When a person dies who has set up a trust, the trustee becomes responsible for managing the trust, including paying any creditors in a timely and reasonable fashion. In some situations, there may not be sufficient assets. The trustee, however, must make payments in accord with Texas law and statutes. In this blog post, our Dallas-based trust attorneys overview some of these important issues.
An executor must follow statutory rules regarding priority and payment of creditor claims.
Although most claim procedures applicable to creditor claims in supervised administrations do not apply to independent administrations, independent executors must observe the statutory requirements with regard to the classification of claims and their priority, and order of payment. TEC § 403.051(a)(3); See Bunting v. Pearson, 430 S.W.2d 470 (Tex. 1968) (holding that independent executors are required to handle claims in accordance with provisions of the statute dealing with classifications, priority, and proration of claims). An independent executor is thus charged with the duty of paying the claims against the estate, subject to the order and classification set out in the Estates Code, and the Estates Code provisions dealing with classification of claims (TEC § 355.102), priority of payments (TEC § 355.103), and proration (TEC § 355.108) apply to independent administrators and independent executors. If there are insufficient assets with which to pay all creditors of the same class, then TEC § 355.108 mandates the claims of creditors of such class be paid on a pro rata basis. The independent executor is not authorized to give preference to creditors of the same class. See Jenkins v. First Nat’l Bank of Coleman, 101 S.W.2d 845 (Tex. App. – Austin, 1937, n.w.h.) (finding independent executors liable for executing mortgages on all assets of estate to secure claims of some unsecured creditors to exclusion of others having equal right where estate became insolvent; executor had duty to delay payment of claims until pro rata portion due each creditor could be ascertained). A failure to pay creditors in the correct order can result in personal liability for the independent executor. See Ertel v. O’Brien, 852 S.W.2d 17 (Tex. App. – Waco 1993, writ denied) (“The failure to pay the claims on an estate, or to pay the claims of creditors on a pro rata basis, subjects the executor to individual liability for such failure.”)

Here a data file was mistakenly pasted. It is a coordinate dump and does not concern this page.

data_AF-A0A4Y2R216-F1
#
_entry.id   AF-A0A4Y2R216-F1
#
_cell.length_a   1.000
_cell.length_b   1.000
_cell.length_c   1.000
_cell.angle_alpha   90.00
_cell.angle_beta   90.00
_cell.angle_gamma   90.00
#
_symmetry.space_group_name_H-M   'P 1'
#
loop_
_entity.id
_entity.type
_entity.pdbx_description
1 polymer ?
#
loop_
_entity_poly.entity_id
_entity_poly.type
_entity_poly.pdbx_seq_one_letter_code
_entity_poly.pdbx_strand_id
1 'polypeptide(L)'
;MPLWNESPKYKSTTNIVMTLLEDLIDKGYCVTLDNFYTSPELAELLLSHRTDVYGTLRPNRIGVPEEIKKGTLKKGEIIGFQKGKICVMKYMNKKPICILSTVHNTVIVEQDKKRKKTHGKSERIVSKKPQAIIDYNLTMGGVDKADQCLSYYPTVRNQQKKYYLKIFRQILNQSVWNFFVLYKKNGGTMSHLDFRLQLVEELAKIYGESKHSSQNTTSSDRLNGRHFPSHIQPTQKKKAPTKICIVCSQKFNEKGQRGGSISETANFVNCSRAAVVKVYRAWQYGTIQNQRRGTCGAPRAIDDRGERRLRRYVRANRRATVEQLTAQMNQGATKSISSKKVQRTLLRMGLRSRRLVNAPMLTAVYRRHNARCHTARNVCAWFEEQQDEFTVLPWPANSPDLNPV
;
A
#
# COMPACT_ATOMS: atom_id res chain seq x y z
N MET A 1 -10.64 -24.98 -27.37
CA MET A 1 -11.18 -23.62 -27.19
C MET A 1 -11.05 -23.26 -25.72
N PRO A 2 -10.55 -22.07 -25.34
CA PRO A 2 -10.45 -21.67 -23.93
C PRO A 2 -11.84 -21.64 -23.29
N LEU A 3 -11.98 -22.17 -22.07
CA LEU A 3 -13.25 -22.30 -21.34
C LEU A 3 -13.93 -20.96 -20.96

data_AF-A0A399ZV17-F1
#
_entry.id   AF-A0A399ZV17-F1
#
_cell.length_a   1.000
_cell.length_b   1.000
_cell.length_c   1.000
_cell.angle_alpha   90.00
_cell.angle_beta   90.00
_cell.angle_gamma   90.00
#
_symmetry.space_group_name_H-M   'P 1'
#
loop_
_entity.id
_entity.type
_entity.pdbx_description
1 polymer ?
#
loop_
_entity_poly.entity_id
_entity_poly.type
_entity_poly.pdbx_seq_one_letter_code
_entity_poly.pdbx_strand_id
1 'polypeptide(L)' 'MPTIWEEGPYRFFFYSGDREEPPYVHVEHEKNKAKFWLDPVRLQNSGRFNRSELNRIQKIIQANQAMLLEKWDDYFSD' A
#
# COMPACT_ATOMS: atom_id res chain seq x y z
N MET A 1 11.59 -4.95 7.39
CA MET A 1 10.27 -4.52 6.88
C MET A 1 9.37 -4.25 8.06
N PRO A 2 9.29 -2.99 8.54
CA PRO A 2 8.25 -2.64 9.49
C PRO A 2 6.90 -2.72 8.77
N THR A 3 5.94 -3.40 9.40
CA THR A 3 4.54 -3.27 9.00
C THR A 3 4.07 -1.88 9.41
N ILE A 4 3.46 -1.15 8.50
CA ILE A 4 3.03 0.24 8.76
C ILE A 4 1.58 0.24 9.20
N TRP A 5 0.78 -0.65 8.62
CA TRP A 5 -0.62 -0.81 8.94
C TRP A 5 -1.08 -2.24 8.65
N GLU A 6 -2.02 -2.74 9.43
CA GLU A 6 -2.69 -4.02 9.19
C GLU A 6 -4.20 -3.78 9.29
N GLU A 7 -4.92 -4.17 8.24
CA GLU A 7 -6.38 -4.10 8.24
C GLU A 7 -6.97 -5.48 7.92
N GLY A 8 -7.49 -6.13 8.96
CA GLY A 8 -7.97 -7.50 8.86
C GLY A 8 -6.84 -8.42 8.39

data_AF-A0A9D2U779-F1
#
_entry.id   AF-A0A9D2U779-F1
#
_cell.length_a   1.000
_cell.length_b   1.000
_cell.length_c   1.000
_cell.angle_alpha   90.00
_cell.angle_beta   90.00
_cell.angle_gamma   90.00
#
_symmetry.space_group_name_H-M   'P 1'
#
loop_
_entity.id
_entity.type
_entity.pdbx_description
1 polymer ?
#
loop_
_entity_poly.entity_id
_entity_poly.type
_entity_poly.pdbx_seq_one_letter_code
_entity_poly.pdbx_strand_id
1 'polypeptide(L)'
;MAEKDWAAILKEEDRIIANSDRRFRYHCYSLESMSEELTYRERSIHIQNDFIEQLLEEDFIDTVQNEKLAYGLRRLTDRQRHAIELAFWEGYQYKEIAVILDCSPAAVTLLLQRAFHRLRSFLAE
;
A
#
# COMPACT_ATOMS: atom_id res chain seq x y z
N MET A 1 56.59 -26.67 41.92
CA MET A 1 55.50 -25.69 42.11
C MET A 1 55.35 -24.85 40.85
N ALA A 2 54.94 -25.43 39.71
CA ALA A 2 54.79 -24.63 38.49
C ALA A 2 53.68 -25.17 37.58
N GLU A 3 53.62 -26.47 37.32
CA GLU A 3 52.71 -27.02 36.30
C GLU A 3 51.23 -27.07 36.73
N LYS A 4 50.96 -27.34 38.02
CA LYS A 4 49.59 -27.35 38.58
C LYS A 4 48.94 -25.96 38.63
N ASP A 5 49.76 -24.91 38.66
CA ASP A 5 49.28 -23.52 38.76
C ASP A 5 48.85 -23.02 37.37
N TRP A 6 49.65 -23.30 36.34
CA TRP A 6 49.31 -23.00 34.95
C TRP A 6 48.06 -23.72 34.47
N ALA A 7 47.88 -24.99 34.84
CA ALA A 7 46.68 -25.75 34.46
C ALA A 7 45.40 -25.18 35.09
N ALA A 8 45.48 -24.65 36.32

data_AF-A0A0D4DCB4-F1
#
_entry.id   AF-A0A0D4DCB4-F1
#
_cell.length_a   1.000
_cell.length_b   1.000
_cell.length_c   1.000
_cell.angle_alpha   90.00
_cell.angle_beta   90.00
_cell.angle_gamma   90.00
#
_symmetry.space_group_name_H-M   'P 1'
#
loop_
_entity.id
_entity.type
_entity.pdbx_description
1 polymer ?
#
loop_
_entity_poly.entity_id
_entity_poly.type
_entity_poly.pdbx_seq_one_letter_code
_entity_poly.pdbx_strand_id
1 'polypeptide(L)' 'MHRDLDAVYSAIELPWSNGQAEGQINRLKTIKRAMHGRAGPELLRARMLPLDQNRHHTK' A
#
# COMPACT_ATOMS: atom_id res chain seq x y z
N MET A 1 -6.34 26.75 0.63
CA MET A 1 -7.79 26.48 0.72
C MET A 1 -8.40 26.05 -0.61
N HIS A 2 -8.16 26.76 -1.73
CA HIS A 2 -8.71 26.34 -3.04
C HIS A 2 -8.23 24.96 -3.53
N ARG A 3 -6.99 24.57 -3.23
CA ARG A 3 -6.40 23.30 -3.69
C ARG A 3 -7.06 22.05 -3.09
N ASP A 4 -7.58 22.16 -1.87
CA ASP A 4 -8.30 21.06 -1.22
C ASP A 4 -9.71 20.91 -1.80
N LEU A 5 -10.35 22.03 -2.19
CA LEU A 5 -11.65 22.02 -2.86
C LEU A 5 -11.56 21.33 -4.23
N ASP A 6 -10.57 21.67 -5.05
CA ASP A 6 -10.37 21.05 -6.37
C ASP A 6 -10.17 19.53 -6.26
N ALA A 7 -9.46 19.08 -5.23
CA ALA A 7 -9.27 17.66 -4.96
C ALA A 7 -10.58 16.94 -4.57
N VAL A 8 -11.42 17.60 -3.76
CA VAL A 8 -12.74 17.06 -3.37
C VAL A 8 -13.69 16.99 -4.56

Being a trustee is a big responsibility. The trustee is responsible for managing the affairs of the trust, including making payments to any creditors. While the trustee has a lot of leeway, he or she must pay creditors in accord with Texas statutes and laws. In this blog post, our Dallas trust attorneys overviewed some of the issues concerning how Texas law and statutes impact the decisions of a trustee. If you or a loved one is facing a possible dispute over a trust, reach out to one of our Dallas-based attorneys who specialize in trust disputes and litigation under Texas law. Note that we also have a new, satellite office in Plano / Frisco, Texas, that is convenient to all of North Texas.